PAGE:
What is it about?

Recent Publications

New Policy Brief: Minimizing Misery: A New Strategy for Public Policies instead of Maximizing Happiness
In her new Policy Brief, Orsolya Lelkes states that preventing avoidable unhappiness should be given priority as a policy goal – even more so than maximizing happiness. Using a cross-sectional multi-country dataset with 57 thousand observations from 29 European countries, she shows that unhappiness varies a great deal more across social groups than (high levels of) happiness does.
Lasting unhappiness could be regarded as an undesirable personal condition as such, similar to poverty or social exclusion, and reducing it needs to be a key welfare state objective. Policies need to focus on reducing unhappiness, partly on ethical grounds, partly because it costs a lot to us in economic terms (as much as about 10% of GDP). Private misery is therefore a public issue.
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Past Events

International Seminar: Renationalizing Pensions
On 5 December, Achim Kemmerling (Central European University) gave an international seminar on the political economy of reversing pension reform. He argued that the recent reversals in pension privatization in countries such as Hungary and Argentina show how different forms of learning coexist and reinforce each other and highlight the role of policy cycles especially in structurally weak societies. For more information, contact Pieter Vanhuysse.
InGRID Poverty and Wellbeing Indicators Workshop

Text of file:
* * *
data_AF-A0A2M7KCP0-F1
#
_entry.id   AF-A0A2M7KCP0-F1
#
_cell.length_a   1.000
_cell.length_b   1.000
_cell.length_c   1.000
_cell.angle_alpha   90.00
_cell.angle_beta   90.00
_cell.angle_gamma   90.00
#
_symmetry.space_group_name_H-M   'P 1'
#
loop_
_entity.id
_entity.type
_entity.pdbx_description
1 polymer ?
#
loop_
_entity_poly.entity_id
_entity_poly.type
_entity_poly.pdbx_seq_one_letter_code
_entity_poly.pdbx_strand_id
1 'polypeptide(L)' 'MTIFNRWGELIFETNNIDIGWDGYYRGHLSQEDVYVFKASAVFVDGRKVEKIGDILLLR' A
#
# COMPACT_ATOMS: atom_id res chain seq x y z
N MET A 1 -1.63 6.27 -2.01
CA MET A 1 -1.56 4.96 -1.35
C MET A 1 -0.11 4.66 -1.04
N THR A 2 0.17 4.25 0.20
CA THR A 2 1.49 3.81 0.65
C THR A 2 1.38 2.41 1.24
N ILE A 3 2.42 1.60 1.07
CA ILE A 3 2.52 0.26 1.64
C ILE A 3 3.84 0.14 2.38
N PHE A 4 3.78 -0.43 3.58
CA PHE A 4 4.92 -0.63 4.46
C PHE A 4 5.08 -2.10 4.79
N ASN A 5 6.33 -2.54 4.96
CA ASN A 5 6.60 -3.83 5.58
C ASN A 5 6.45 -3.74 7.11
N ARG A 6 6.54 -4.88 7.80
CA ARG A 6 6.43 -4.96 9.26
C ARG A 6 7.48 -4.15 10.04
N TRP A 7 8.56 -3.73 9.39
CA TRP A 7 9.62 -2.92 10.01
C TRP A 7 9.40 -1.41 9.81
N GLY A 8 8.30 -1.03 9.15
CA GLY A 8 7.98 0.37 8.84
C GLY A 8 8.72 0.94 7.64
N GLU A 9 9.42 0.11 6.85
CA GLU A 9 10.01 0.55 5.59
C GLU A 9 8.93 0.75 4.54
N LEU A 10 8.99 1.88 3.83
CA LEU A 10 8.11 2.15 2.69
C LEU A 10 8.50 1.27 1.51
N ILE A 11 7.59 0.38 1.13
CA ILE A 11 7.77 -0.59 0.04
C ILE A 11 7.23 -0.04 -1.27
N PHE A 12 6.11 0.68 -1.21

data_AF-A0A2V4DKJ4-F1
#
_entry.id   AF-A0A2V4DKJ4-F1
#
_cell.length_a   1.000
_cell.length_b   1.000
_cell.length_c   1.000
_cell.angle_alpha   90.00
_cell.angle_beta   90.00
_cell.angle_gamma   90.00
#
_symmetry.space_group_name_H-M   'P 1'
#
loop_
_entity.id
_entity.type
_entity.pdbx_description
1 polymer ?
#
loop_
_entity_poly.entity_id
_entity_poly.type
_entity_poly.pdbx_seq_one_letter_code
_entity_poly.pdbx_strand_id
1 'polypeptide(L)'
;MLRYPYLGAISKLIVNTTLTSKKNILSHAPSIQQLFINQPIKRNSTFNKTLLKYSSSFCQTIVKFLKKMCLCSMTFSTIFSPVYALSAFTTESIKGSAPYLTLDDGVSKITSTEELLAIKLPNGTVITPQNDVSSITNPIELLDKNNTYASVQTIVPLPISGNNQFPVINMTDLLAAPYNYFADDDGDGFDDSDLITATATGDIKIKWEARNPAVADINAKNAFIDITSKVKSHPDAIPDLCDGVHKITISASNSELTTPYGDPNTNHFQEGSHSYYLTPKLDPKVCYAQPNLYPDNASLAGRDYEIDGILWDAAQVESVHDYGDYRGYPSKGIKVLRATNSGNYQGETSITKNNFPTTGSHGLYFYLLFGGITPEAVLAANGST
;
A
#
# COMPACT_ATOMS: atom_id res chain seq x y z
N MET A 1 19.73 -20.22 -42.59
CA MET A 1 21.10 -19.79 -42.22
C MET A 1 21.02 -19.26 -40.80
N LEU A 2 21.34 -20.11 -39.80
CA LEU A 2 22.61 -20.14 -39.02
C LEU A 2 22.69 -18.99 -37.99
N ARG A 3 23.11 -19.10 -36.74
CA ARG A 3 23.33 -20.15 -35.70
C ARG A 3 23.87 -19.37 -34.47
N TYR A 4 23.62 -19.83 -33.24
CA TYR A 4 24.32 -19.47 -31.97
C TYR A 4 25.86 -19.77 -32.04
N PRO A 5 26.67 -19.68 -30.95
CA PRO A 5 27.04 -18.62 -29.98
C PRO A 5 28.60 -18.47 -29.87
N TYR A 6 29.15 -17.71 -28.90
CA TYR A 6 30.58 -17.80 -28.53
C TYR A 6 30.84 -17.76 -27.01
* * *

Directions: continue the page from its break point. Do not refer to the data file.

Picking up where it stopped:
On November 27-29, Katrin Gasior and Pieter Vanhuysse each presented at an expert workshop on framework and methods for indicator building for various vulnerable groups organized by the TARKI Social Research Institute for the InGRID FP7 consortium. The workshop discussed the conceptual frames, structure and dissemination aspects of existing indicator databases in the field of poverty, living conditions and well-being, as well as the planned research within the poverty pillar of the InGRID project, including IPOLIS (Integrated Poverty and Living Conditions Indicator System).
Are Healthcare Systems (and Citizens' Health) Becoming a Collateral Victim of the Financial Crisis?
Ricardo Rodrigues attended an expert workshop organised by Eurofound to discuss how budget-balancing measures in healthcare are impacting services and ultimately citizens’ health. Amidst some limited efficiency gains (Ireland) and tentative reforms (Greece), it seems that across-the-board cuts in healthcare spending may be hampering access to care and risk increasing long-term costs, e.g. due to cuts in cost-effective public health measures. Other potential side-effects of cuts in healthcare spending are workforce shortages and care drain. Ricardo Rodrigues and Eszter Zólyomi will soon publish a Research Note, commissioned by the European Commission, on the effects of the financial crisis on unmet needs.